let currentUser = User(name: "Nick", userpicURL: NSURL(string: "https://thatthinginswift.com/profile.png"))

        let profile = ProfileViewController(user: currentUser)
        navigationController?.pushViewController(profile, animated: true)
    }
}

We don’t control the call to ProfileViewController’s init method (initWithCoder, actually) when using a Storyboard so we’re out of luck there. I’ve been using the prepareForSegue method to add any data that the upcoming view controller needs which does the job, albeit with too much boilerplate code for my liking. There’s a good rundown of this method at Natasha the Robot last week, here’s the short example:

override func prepareForSegue(segue: UIStoryboardSegue, sender: AnyObject?) {
    if segue.identifier == "profile" {
        let currentUser = User(name: "Nick", userpicURL: NSURL(string: "https://thatthinginswift.com/profile.png"))

        let dest = segue.destinationViewController as! ProfileViewController
        dest.profileUser = currentUser
    }
}

prepareForSegue is really the only option for setting these values before the new view controller takes over, so any workaround we’re going to make is going to revolve around prepareForSegue. Luckily it occurs before viewDidLoad for the new view controller and viewDidLoad is typically the first time you take control in a view controller so (for the most part) you can behave as though profileUser always existed since initialization.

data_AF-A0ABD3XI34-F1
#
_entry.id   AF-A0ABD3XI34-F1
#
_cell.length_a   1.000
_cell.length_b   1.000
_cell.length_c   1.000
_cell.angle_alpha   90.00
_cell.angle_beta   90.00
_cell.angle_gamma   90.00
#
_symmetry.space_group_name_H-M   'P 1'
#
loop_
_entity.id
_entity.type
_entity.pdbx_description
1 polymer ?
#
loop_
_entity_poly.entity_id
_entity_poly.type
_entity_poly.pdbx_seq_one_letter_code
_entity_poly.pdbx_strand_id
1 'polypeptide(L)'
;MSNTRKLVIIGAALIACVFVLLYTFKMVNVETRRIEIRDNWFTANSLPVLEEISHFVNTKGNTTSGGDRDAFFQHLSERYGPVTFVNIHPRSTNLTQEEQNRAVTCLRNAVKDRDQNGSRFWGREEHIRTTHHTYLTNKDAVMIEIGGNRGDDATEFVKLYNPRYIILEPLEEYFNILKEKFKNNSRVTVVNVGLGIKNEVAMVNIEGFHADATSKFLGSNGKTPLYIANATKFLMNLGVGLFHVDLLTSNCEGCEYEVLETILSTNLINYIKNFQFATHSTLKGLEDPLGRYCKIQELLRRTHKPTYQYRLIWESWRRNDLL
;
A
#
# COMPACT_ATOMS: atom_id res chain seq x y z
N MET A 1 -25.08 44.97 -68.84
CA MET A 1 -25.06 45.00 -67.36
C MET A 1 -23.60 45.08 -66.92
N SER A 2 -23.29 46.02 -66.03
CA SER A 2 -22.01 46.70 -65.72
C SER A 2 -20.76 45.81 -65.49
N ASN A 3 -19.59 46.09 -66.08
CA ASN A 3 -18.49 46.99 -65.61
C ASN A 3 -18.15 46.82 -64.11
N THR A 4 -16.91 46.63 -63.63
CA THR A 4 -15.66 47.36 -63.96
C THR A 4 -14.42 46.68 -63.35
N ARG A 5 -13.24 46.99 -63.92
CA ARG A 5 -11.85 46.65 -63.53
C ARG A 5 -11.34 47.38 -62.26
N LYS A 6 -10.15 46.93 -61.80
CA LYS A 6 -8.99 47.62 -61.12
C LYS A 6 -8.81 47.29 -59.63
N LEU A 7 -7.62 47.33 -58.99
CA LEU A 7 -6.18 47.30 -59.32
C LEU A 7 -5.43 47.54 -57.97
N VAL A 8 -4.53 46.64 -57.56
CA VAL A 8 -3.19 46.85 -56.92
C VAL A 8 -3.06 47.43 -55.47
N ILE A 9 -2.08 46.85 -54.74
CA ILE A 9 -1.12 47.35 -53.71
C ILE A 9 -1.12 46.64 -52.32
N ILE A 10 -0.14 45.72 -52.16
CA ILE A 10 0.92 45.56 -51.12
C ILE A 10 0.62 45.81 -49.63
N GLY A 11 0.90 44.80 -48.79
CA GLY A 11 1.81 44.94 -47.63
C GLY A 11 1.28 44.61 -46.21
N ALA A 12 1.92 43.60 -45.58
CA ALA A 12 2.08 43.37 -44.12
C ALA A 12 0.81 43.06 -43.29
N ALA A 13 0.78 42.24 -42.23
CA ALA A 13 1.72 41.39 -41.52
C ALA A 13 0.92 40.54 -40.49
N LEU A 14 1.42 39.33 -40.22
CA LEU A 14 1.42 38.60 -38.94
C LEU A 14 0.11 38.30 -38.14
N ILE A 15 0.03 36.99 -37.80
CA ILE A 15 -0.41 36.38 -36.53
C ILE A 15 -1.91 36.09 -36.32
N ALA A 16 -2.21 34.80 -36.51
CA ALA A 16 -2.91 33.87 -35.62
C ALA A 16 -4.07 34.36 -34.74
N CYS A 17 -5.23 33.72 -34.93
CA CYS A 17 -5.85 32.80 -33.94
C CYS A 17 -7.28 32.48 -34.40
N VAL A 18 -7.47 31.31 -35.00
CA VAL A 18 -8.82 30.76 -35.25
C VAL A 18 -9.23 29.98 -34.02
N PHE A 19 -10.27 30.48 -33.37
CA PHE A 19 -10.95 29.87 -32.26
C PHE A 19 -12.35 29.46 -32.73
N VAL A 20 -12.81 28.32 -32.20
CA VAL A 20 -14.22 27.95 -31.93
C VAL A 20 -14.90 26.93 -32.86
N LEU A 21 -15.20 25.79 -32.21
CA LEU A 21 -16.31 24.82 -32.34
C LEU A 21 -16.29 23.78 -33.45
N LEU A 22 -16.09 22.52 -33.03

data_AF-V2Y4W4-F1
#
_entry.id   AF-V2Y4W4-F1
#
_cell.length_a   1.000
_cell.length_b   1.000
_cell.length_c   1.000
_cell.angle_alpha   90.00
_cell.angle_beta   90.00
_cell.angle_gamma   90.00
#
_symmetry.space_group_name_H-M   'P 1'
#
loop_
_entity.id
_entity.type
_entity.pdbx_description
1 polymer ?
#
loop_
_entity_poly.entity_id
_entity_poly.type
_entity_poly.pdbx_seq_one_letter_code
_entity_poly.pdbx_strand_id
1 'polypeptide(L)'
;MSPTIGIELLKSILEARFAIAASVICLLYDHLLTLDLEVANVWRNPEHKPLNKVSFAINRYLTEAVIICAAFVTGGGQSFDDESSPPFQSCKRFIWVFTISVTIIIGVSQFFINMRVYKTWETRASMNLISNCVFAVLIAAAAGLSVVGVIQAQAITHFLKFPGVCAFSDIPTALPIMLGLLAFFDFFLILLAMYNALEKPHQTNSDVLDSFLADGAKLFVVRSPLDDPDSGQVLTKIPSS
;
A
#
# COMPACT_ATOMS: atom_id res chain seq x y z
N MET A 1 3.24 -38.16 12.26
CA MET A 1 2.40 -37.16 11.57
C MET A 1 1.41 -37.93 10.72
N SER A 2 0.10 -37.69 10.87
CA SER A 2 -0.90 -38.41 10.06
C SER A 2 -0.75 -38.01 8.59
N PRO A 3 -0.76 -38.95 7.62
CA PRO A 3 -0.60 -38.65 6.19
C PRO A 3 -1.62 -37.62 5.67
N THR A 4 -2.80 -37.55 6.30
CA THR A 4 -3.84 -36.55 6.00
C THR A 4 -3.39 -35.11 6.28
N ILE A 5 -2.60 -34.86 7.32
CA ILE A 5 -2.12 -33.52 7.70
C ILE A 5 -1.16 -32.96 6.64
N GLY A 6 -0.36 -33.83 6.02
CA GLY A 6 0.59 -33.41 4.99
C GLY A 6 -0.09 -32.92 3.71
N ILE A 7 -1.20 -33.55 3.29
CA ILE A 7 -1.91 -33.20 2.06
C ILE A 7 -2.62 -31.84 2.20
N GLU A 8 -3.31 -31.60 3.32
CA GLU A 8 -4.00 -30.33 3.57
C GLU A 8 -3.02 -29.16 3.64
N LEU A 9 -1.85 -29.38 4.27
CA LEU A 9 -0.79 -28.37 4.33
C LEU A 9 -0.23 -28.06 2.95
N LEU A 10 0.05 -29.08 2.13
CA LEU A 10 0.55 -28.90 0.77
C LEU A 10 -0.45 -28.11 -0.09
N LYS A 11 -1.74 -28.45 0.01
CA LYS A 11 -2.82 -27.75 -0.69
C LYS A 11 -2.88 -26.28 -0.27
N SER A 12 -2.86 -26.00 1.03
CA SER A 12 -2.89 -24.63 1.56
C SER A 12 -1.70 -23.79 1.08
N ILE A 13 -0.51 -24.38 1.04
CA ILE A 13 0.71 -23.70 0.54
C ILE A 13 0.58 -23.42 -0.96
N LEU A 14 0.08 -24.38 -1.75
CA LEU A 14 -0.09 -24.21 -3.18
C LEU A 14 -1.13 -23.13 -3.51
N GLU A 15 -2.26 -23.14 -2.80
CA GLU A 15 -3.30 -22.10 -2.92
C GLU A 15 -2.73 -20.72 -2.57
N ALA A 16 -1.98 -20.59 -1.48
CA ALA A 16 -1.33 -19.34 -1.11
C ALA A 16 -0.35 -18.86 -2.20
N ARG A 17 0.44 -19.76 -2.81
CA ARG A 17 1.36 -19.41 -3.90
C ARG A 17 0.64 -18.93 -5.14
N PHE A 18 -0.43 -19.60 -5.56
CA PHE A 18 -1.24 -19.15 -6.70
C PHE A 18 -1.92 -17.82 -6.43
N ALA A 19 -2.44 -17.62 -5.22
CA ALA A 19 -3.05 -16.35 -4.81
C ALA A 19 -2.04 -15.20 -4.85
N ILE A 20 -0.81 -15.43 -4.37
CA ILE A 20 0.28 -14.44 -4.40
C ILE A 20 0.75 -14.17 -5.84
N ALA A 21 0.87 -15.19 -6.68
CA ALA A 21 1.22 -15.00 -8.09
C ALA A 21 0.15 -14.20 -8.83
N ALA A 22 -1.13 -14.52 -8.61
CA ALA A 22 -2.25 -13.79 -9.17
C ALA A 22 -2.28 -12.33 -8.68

The first solution I came up with is a UIViewController subclass I call PreparedViewController and it overrides prepareForSegue, reflects on the properties of the current view controller and the segue destination controller and automatically copies values that have a given prefix. It’s tiny, so we can just show the code and usage:

class PreparedViewController: UIViewController {
    override func prepareForSegue(segue: UIStoryboardSegue, sender: AnyObject?) {
        let dest = segue.destinationViewController

        // get any destination properties with our prefix
        let prepProps = Mirror(reflecting: dest).children.filter { ($0.label ?? "").hasPrefix("prepCtx") }
        for prop in prepProps {
            // check for a property on the current view controller with the same name
            let selfProps = Mirror(reflecting: self).children.filter { ($0.label ?? "") == prop.label }
            // unwrap everything and set via KVC
            if let sameProp = selfProps.first, childObject = sameProp.value as? AnyObject, label = prop.label {